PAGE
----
10:26 pm: And that’s the ballgame. Takeaways? Probably the least interesting debate in terms of meaningful distinctions. Clinton and Edwards were very good, Obama more spotty but better as time went on. Again, Gravel shoots from the hip. And we saw an emerging argument from Biden, building on the Supreme Court shifts. See you next time, and tune in for more in tomorrow’s Note.
10:25 pm: Gravel ends with another bomb: Most of the other candidates lack "moral judgment." Dodd’s everybody’s friend, so he offers a pat on the shoulder.
10:23 pm: Richardson not backing down from his Olympic boycott threat: "I believe that fighting genocide is more important than sports." Strong line.
10:20 pm: What’s with Clinton and her lists? Is that how her mind works, or do you coach that? And that’s some tough answre on Darfur, about a no-fly zone: "If they fly into it, we will shoot down their planes. That’s the only way to get their attention."
10:19 pm: Kucinich gets big applause for saying he wants to end NAFTA. That can’t be comfortable for Clinton, whose husband championed the trade agreement.
10:14 pm: Maybe Obama’s getting better as the night goes on – he’s finally offering a few specifics. And Gravel is making it interesting again – "these people." Derision is good television.
10:11 pm: Welcome Handy – you’re becoming a regular. My call for a winner right now is Clinton – she’s crisp, concise, and specific. Edwards also is having a good night — and these are his wheelhouse issues.
10:02 pm: Good answer by Obama: "The criminal justice system is not colorblind." But his answer is "to send a signal"?
9:59 pm: Nothing provokes verbal tap-dancing like asking a Democrat about taxes. The goal: sound progressive without providing the RNC with talking points.
9:56 pm: I’m with you, dawgler — Clinton is having another good night, even though the format and the questions aren’t making for winners and losers.
9:51 pm: Biden perked up some ears: "I got tested for AIDS. I know Barack got tested for AIDS." Obama prompted laughter: "I just want to make clear – I got tested with Michele."
9:48 pm: Leave it to Clinton to summarize the first half of the debate: "It is hard to disagree with anything that has been said." But then she hits another one out of the park by pointing out how differently HIV/AIDS would be addressed if white women were afflicted in equal numbers as black women. Outstanding.
9:46 pm: I don’t know if it’s good or bad, but offering up the same questions to all the candidates gives plenty of room to them to sound off on their messages. Already, Edwards has found a chance to say "two Americas," and Clinton was able to say, "It takes a village" — the title of her book.
9:41 pm: John Edwards did read up on his statistics. And we get it: He wants us to know that he’s always talking about poverty. Still, he’s crisp and on his game tonight.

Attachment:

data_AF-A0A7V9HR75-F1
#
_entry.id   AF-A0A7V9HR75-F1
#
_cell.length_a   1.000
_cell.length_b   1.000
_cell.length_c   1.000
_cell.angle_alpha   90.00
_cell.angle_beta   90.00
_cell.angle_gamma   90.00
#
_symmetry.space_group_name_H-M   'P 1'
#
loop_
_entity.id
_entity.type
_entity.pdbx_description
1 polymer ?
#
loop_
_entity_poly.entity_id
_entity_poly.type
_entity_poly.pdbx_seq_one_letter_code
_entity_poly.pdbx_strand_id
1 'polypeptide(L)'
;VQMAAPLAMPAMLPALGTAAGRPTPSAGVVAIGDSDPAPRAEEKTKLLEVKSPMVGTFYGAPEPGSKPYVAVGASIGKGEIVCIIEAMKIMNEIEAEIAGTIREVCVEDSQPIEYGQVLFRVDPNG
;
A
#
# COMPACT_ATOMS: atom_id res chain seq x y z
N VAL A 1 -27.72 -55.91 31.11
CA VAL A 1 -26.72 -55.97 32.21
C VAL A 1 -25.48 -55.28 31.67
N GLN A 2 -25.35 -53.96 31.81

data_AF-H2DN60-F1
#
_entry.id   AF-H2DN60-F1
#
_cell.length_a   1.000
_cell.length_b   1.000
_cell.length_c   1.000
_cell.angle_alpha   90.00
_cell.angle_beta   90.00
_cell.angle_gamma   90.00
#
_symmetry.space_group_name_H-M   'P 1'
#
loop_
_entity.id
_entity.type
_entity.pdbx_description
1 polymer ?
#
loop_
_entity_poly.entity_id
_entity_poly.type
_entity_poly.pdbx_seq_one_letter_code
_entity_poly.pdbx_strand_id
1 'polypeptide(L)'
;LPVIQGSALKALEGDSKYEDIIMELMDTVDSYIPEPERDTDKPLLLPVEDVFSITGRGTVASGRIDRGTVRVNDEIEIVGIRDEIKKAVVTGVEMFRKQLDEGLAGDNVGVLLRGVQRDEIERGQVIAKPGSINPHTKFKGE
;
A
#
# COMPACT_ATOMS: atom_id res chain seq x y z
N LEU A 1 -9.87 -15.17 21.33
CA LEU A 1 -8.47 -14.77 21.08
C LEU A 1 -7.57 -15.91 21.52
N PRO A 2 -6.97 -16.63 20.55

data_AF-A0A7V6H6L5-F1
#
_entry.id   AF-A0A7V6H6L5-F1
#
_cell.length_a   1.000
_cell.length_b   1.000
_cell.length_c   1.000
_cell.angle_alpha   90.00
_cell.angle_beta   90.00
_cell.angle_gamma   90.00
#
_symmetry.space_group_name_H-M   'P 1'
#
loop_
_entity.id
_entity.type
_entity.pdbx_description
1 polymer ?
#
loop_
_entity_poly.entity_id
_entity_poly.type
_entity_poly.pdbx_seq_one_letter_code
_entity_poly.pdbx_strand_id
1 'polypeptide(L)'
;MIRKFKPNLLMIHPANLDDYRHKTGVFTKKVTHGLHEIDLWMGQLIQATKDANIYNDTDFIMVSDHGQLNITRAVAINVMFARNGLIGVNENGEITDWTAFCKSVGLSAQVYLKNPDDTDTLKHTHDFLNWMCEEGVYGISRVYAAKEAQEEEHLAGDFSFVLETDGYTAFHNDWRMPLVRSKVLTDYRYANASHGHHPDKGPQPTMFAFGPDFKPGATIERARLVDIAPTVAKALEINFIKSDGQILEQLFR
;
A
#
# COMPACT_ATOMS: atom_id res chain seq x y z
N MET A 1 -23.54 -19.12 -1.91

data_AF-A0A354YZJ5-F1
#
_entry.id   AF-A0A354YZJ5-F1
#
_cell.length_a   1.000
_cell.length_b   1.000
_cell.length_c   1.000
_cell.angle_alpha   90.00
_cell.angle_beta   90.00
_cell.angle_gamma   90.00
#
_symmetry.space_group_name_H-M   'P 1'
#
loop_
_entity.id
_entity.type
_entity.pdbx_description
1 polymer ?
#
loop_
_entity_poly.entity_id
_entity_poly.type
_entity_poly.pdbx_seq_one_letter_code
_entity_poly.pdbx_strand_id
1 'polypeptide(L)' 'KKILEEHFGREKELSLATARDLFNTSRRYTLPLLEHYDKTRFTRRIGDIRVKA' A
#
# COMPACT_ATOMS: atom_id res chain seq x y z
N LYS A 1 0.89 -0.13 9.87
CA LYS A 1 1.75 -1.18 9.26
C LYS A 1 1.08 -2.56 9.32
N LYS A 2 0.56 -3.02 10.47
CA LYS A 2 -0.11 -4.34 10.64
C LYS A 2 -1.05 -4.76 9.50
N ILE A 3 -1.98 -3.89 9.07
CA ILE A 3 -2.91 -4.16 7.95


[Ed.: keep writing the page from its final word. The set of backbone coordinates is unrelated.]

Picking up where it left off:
9:39 pm: That’s a legit question about Obama — two times through and not much being offered.
9:35 pm: Three times now a candidate has suggested that we should cut military spending to pay for education. Good applause line in liberal crowds, but it’s sort of a play to the cheap seats, isn’t it?
9:31 pm: Bill Richardson doesn’t want to talk about how to pay for any of his plans – he’s the guy who has the universal healthcare plan that won’t cost a dime.
9:30 pm: Talking to your kids helps them? Bet Joe Biden’s kids are smart and well-adjusted.
9:27 pm: I’m beginning to wonder about the format here – we’re now nearly a third of the way through the debate, and we’ve gotten through precisely one question, and have had precisely zero interesting exchanging. It’s nice to include everyone, but c’mon…
9:22 pm: Biden wants to push the Supreme Court issue – this follows a statement earlier in the day touting the fact that he voted against Roberts and Alito. Then Obama’s first chance — it was almost like the crowd didn’t know he was finished — maybe because he had said so little?
9:16: Clinton gets the first question — and the first mention of today’s court ruling and Katrina. "The march is not finished" — good imagery. About as good an answer as you could hope for.
9:13 pm: Sounds like something of a home-field advantage for Obama. . . .
9:00 pm: Quick thought on the man making the introductions tonight — Gov. Deval Patrick, D-Mass. This won’t be the last we see of him in the campaign. Mitt Romney’s successor is the nation’s only black governor, and one of the most sought-after endorsements of the campaign. He’s close to Sen. Barack Obama but was a high-ranking member of the Clinton Justice Department, so he has ties to Sen. Hillary Rodham Clinton as well. My money’s on Patrick eventually going with Obama.
8:45 pm: Thanks everyone for logging on. Some interesting comments already — and on the immigration issue, I’m certain it will come up tonight. Every Democratic senator in the 2008 race voted in favor of the bill today, for the record.
Rick Klein from ABC’s The Note here — I’ll be blogging live during tonight’s PBS debate, starting at 9 pm ET. Let’s start the discussion early: What questions do you want to see answered tonight at Howard University in Washington? Leave you comments below, and tune in starting at 9.